The unions — which represent nearly 2,400 train operators, station agents, mechanics, maintenance workers and professional staff — agreed to call off the strike and extend their contracts until Aug. 4 while negotiations continued.
Key sticking points in the labor dispute include worker safety, pensions and health care costs, according to BART and union officials.
The transit agency has said union train operators and station agents average about $71,000 in base salary and $11,000 in overtime annually. The workers pay nothing toward their pensions.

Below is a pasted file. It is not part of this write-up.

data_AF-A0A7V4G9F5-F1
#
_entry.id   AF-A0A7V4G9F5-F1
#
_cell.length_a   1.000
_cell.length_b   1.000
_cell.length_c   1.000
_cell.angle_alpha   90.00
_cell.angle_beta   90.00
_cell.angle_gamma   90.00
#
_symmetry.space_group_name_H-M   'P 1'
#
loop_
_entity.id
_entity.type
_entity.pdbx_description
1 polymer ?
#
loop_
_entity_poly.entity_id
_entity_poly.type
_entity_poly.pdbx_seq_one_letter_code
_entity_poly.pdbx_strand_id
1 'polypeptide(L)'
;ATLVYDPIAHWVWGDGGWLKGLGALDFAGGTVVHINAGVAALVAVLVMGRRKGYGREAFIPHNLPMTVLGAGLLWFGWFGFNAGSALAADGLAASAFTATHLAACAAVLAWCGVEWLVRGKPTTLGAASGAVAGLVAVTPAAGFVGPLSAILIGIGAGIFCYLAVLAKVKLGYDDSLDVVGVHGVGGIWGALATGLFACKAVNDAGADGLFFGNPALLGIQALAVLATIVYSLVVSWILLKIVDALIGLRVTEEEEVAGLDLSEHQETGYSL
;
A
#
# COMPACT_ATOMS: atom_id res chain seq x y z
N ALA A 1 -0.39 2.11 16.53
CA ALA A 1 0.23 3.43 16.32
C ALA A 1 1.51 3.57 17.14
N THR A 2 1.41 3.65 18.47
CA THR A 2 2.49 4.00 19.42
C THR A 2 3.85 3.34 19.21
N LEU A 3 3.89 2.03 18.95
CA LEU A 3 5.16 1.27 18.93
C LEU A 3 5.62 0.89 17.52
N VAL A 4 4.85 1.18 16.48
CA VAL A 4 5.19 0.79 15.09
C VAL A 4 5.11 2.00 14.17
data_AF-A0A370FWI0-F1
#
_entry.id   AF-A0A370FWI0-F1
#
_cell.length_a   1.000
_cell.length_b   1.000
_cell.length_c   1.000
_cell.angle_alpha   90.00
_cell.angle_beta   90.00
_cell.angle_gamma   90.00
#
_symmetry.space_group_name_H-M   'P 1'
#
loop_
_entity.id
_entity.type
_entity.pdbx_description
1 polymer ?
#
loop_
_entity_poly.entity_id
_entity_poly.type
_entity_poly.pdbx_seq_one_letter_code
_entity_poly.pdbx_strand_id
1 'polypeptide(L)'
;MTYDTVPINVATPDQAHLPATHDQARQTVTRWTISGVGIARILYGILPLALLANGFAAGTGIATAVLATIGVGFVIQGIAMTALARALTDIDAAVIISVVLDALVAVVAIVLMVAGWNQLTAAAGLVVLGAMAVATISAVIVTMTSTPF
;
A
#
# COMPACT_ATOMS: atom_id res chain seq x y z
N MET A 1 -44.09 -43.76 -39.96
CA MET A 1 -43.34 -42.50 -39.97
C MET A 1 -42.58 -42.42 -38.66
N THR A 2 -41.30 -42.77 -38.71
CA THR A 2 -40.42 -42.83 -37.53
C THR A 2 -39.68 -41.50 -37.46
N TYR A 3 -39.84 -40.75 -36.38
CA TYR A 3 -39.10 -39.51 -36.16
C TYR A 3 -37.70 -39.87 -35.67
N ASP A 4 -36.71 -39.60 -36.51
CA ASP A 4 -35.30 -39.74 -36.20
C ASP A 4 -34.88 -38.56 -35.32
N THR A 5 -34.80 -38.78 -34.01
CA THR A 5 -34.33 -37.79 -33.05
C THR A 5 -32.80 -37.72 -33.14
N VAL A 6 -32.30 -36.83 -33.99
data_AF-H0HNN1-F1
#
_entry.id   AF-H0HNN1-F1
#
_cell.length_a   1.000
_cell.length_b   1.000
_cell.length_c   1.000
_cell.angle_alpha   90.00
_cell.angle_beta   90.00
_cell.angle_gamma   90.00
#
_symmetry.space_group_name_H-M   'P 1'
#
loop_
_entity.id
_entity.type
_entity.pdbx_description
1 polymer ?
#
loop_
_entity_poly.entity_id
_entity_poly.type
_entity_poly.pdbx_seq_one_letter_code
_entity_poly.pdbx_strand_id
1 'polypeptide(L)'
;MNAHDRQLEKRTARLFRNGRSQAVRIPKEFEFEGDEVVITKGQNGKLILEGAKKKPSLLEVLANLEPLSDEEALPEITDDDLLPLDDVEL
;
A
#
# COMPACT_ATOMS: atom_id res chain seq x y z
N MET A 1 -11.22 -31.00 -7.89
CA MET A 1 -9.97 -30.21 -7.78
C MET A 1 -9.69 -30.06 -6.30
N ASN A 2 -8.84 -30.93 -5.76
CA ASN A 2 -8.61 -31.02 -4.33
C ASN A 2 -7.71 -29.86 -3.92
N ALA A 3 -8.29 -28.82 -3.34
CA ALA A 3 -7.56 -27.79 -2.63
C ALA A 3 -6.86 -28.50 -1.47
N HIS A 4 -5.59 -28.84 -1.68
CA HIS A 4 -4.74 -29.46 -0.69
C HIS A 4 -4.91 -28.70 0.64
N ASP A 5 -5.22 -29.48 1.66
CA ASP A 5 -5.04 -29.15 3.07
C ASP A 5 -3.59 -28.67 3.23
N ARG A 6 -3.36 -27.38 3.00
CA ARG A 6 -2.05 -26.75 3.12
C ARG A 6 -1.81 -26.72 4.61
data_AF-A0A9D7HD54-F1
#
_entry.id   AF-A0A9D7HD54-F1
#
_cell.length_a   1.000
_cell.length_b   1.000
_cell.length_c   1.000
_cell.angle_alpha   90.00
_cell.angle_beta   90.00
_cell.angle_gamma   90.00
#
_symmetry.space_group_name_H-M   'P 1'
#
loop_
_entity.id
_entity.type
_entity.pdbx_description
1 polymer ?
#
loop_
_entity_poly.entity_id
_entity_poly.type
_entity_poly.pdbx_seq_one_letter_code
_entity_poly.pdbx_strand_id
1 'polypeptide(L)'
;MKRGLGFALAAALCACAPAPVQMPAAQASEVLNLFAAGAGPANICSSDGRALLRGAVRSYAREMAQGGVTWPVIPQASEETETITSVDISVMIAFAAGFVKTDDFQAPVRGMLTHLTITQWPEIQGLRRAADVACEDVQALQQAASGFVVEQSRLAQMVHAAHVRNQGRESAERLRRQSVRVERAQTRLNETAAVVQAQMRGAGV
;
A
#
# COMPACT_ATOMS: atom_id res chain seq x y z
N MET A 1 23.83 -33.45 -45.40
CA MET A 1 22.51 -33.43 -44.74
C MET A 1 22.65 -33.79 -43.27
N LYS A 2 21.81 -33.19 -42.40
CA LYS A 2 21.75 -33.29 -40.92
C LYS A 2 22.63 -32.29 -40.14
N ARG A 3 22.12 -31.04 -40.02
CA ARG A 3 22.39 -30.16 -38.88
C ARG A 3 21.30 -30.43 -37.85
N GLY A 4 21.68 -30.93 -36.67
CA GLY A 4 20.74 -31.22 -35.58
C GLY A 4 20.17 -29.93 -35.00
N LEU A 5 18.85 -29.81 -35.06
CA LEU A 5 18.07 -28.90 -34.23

BART says it needs to save money on benefits to help pay for system improvements.
Unions submitted their last financial proposal last month and were awaiting a counteroffer from BART, said Josie Mooney, chief negotiator for the local Service Employees International Union, the other union in talks with BART. Mooney said they offered to contribute to the pension, but she could not say how much because of a gag order issued by a mediator.